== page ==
Have you heard of Circle Time? or Morning Meeting? Or maybe you call it something else. For those of you who don’t know, Circle Time is based on the procedure that evolved from the Froebelian Kindergartens in the early 20th century (Fraser, Gestwicki). Typically children sit in a circle and the teacher reads a story, sing songs, and leads the group in discussing a topic of general interest. Froebel believed that children needed to be gathered together under the direction of a teacher at least once a day to establish a sense of cohesiveness. What I didn’t know was that Froebel chose a circle as the symbol of unity with the universe: the children are the stars and the teacher is the sun. The “gifts” and “occupations” (materials and activities) he created for children to use during circle time are no longer in practice, but the ritual of circle time has persisted in early childhood programs today (Fraser, Gestwicki). The idea of creating a sense of unity among a group of children is still valued today. It’s not only witnessed in our particular group, but is developmentally appropriate too. And yes, classroom teachers reading this, Circle Time can be done in a homeschool group. 🙂
Our children are a mixed aged group ranging from 2 to 4 years old. SO much happens every 6 months between 2 and 4 which is why I’m constantly reflecting on my own and with my fellow mom teachers in the group.
As a former elementary teacher, it’s challenging at times to break old habits and create new ones. I’m in the process of letting go all of my “Circle Time” past expectations and am constantly finding myself asking these questions,
- “Why do I want to do that? What purpose does it serve?”
- “Does this build a sense of community and belonging among the children?”
- “How can we make this short amount of structured time valuable for them?”
- “How can I delve into conversation with my older kids, while keeping it developmentally appropriate for the younger ones?”
- “Is my Circle Time, ‘Reggio’ enough!?”
In the book, Authentic Childhood: Exploring Reggio Emilia in the Classroom by Susan Fraser and Carol Gestwicki, my last question was somewhat answered and seemed to bring me some validation for what we’re trying to do: Circle Time in the Reggio Emilia preschools, however, has become a less formal group time– a meeting time– when the teacher and children join together in a discussion on subjects that hold relevance for the group….The gathering is still acknowledged as an important time for creating a sense of belonging, when children and teachers gather together, but the ritualistic aspect has disappeared. The activity during this time has become more informal and more responsive to the interests of the children; therefore, it is more spontaneous and interactive. It has become an important time for teachers to listen to children and draw ideas and suggestions for the program from them.” Page 84.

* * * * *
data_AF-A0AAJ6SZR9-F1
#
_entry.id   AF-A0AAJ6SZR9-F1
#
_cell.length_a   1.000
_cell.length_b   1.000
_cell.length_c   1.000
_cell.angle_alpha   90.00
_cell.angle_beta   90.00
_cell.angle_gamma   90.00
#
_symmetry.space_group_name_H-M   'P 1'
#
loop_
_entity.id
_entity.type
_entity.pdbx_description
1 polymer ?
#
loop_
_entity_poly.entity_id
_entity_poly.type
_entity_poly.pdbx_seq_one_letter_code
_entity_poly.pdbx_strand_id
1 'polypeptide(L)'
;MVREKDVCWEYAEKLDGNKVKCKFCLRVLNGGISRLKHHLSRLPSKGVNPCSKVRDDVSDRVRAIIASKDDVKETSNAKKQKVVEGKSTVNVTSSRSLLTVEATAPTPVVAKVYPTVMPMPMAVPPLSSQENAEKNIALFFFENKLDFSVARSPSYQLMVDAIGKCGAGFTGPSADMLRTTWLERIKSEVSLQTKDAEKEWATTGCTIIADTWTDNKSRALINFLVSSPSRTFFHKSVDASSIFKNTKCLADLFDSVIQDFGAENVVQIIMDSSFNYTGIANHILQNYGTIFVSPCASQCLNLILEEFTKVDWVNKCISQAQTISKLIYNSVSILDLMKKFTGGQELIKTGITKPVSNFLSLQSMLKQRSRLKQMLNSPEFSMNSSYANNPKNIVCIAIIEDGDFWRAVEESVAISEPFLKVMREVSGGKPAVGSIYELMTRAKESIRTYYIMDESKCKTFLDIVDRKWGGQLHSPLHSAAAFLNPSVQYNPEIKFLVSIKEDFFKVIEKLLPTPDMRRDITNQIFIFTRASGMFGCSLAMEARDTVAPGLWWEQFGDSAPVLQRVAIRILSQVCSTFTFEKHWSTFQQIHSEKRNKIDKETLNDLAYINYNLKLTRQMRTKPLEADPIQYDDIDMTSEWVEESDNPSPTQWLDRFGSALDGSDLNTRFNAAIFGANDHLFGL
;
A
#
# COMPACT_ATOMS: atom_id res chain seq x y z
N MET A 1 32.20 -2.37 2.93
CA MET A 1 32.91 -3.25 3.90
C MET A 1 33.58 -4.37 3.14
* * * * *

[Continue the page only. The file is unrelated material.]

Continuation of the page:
Our group of kids really look forward to Circle Time. I think it’s partly because they know what to expect and they get very excited seeing their portrait, their friends’ pictures and recognizing names. We sing a song together that involves their name and this greeting song never seems to get old…at least not yet. Although we start off the same, what happens afterwards is more interactive. We’ve been reflecting and revisiting our recent trip to Baker Street Bakery.
Since our trip to the Bakery, we’ve been showing the children blown up pictures from the trip to them. They seem to light up and have lots to say when seeing pictures from the bakery and pictures of themselves at the bakery. During this discussion, our younger kiddos, especially our youngest who isn’t 2 yet, might get up and wander or pick up an instrument. I encourage this!!! It seems illegal to expect a child who’s language is emerging to sit during a discussion. It’s not appropriate! But you know what’s really cool? It’s not distracting at all. We’re in a home environment and most of our kids are used to having younger siblings around.
When the conversation seems to dwindle and the kids seem like they want to move, we jump right into a movement activity. Movement can either be a dance, a game, or imaginative play as a group…something that suits the need to move our bodies while staying unified, but also signals that Circle Time is coming to a close.
In my next post, I’ll share how our conversations during Circle Time have evolved to creating a menu of bakery items for our play kitchen area.
If you like what you’re reading, please follow the blog and click the “Follow” button to your right. If you are a Reggio teacher or are familiar with it, I would love your comments, suggestions and feedback! If you are not familiar with Reggio at all, I’d love to hear from you too! Any questions you have I’d love to answer (or find the answer) and will help me better reflect too!